The AAUP’s new analysis, formally called the “Annual Report on the Economic Status of the Profession, 2021–22,” includes additional findings on gender and faculty rank and more.
Continuing a long-term gap in pay between men and women, institutions reported full-time faculty salaries for women that are 81.9 percent of those for men in 2021–22, on average. The gender pay gap is greatest at the full professor rank.
While some attribute this gap to “market factors” and the overrepresentation of women in lower-paying disciplines, the report says, “little is known about how such market factors operate, and there are many other factors contributing to gender-based pay disparities in academia, including biases in hiring and promotion practices, lack of institutional resources and support, and caregiving responsibilities. In any case, when gender pay gaps are identified, they must be corrected.”
The report includes an additional “Gender Equity” analysis, which notes that the number (not share) of full-time women faculty members increased 1.6 percent over the last two years, in contrast to a 2.5 percent decrease for men. This difference was greater at the full professor rank, where the number of full-time women professors increased 5.9 percent over two years, compared with a 1.9 percent decrease for men. The AAUP cautions that this statistic is drawn only from institutions that responded to its Faculty Compensation Survey in each of the past three years, and that men still greatly outnumber women at the full professor rank.
Still, the AAUP offers a hypothesis for the increase in the number of female full professors: because men are more likely to hold appointments at the full professor rank, “it is possible that COVID-19 risks, budget cuts and changing working conditions caused more of them to retire early.”
Some 907 institutions responded to the AAUP’s salary survey, but just 355 of them reported per-course salaries for part-time instructors (this is typical, as colleges and universities struggle to collect and share adjunct faculty data for a variety of reasons). The per-course salaries collected also lag a year, reflecting 2020–21 rates, to ensure a full year’s worth of data. All that said, the average per-course pay for a three-credit course last year was $3,843 per section, an 8.1 percent increase from 2019–20, when average pay was $3,556.
Average rates of pay varied widely among institutional types, ranging from $2,979 in public associate degree-granting institutions without faculty ranks to $5,557 in public doctoral institutions, the report says. It calls all these wages “appalling.”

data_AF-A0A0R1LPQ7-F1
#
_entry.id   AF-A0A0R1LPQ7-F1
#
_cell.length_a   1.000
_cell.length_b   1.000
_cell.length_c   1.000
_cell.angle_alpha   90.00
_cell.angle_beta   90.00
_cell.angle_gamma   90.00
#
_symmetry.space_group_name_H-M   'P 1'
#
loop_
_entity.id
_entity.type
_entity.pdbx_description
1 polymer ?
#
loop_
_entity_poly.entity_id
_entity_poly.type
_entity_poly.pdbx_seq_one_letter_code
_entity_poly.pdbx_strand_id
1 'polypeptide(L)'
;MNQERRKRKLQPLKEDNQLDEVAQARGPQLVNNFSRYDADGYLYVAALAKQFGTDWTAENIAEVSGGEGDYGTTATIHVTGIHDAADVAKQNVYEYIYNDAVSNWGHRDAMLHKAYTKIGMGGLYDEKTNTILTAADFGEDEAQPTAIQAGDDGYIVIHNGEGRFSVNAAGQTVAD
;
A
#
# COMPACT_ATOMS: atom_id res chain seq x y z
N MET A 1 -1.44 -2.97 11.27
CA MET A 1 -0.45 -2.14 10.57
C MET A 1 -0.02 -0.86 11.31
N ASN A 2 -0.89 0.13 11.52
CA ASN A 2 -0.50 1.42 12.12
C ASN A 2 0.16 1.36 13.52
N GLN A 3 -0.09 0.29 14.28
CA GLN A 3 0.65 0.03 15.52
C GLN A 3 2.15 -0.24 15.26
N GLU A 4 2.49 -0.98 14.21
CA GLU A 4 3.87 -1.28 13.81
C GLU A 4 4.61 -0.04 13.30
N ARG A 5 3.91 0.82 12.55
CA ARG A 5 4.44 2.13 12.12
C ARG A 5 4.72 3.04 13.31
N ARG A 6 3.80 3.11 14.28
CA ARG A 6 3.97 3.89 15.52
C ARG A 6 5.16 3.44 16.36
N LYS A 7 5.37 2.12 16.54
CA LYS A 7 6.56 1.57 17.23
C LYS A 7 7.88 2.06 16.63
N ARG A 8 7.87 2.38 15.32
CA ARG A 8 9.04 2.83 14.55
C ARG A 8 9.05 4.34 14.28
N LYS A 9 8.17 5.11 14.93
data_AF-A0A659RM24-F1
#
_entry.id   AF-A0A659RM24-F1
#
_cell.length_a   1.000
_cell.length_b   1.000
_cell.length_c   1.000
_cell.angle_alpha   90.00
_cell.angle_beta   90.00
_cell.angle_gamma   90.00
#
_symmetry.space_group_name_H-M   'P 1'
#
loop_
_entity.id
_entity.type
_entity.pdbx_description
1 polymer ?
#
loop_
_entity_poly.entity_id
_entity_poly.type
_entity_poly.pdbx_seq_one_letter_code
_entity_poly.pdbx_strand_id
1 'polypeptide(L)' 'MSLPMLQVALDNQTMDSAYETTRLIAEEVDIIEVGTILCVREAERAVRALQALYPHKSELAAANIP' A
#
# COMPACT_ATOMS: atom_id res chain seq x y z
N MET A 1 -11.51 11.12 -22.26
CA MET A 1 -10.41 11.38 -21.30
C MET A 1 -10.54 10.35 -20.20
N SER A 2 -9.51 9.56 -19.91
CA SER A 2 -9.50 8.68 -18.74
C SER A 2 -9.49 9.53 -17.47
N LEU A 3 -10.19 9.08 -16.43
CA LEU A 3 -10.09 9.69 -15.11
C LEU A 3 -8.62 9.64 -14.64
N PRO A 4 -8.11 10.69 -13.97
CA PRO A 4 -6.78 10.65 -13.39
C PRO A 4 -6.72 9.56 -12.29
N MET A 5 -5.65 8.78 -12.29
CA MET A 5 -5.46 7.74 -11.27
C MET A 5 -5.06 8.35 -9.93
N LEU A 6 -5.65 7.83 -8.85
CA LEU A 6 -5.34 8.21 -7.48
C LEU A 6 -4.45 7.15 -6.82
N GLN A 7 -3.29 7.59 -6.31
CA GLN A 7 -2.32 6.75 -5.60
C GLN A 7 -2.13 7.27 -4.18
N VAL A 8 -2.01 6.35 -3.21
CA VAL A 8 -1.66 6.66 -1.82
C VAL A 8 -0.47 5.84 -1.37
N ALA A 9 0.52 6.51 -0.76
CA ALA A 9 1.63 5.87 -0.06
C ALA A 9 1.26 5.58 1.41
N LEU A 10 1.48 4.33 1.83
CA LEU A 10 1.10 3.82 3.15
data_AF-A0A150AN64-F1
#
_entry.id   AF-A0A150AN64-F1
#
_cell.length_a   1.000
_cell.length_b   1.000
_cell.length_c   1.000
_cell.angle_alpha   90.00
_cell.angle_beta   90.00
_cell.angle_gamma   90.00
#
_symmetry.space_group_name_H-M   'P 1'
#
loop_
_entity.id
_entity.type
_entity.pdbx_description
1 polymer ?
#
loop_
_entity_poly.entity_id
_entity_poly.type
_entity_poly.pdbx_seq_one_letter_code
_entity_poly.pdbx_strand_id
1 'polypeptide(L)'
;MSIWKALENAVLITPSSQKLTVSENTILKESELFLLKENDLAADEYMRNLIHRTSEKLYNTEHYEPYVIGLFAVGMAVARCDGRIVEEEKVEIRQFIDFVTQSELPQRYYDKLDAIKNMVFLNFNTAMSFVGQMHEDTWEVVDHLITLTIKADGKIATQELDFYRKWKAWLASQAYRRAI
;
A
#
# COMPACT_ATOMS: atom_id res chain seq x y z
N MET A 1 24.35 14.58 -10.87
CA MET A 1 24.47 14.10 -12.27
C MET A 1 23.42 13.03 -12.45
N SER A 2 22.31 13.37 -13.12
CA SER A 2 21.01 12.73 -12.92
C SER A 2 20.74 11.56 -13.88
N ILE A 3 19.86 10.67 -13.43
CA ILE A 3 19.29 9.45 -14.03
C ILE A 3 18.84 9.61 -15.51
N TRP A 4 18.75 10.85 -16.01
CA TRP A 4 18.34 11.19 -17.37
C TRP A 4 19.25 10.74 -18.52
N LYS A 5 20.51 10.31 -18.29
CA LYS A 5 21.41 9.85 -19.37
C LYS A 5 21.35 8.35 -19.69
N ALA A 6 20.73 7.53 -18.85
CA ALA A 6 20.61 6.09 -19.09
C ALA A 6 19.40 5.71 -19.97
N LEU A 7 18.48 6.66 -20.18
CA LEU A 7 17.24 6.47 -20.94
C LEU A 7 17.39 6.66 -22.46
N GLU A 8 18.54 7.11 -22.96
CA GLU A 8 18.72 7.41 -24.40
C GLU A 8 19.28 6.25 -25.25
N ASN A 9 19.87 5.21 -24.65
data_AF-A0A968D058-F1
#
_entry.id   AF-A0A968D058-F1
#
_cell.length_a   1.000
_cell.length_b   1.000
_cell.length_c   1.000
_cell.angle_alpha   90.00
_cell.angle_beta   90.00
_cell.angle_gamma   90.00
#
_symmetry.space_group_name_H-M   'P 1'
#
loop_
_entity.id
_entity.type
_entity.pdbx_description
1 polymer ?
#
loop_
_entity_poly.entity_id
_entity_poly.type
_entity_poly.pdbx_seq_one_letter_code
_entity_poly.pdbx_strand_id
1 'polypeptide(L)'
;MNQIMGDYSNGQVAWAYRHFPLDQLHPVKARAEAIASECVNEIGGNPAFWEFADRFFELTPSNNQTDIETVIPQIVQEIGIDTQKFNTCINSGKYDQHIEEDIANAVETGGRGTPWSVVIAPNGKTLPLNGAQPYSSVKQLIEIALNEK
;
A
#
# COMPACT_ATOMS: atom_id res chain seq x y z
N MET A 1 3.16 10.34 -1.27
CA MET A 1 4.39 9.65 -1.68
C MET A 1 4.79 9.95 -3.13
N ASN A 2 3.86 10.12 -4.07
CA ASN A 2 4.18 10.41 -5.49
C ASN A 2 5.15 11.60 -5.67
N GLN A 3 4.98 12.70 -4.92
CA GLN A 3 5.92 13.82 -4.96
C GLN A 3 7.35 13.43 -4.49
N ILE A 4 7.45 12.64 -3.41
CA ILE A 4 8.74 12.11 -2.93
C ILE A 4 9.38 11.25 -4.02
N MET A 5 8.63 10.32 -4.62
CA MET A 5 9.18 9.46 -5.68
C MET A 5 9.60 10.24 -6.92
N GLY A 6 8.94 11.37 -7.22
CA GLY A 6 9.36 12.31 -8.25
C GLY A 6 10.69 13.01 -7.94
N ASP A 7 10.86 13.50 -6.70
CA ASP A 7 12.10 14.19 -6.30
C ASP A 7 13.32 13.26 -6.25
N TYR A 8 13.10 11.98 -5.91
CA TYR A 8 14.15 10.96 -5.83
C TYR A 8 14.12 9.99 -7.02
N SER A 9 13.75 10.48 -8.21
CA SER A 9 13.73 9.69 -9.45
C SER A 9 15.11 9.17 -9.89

Beyond pay, most adjuncts paid per course did not receive either retirement or medical benefits contributions in 2020-21. Some 34.7 percent of institutions reported contributing to retirement plans for some or all part-time faculty members, and 30.9 percent of institutions contributed to medical insurance premiums.
Adjuncts were actually more likely to receive benefits at associate institutions, with 53.5 percent of these colleges contributing to their retirement plans. Doctoral institutions were most likely to contribute to adjuncts’ medical insurance premiums, with 55 percent of them doing so.
Based on a supplementary AAUP analysis of the federal Integrated Postsecondary Education Data System, the number of contingent faculty appointments decreased 6.9 percent from fall 2019 to fall 2020. This includes a 2.9 percent decrease in full-time non-tenure-track appointments and a “ staggering” 8.7 percent decrease in part-time appointments.
Regarding the ongoing pandemic, part-time faculty members appear to have experienced a “much larger adverse impact than full-time faculty members,” the report continues.
Based on the AAUP’s own data from 383 institutions that shared counts from both years, the number of part-time faculty members employed during the entire academic year decreased 10.6 percent from 2019–20 to 2020–21.
The number of full-time faculty members increased 1.9 percent among the 889 institutions that completed the survey for fall 2019 and fall 2020.
“It’s clear that contingent faculty were hammered” with personnel cuts during COVID-19, Colby said. Meanwhile, assistant professor numbers plummeted, likely due to hiring freezes, he added.
Seth Kahn, professor of English at West Chester University in Pennsylvania and an advocate for non-tenure-track faculty rights, said it made sense to him that “contingent faculty have had it harder for lots of reasons. Enrollment fluctuations have made unstable workloads even more unstable.”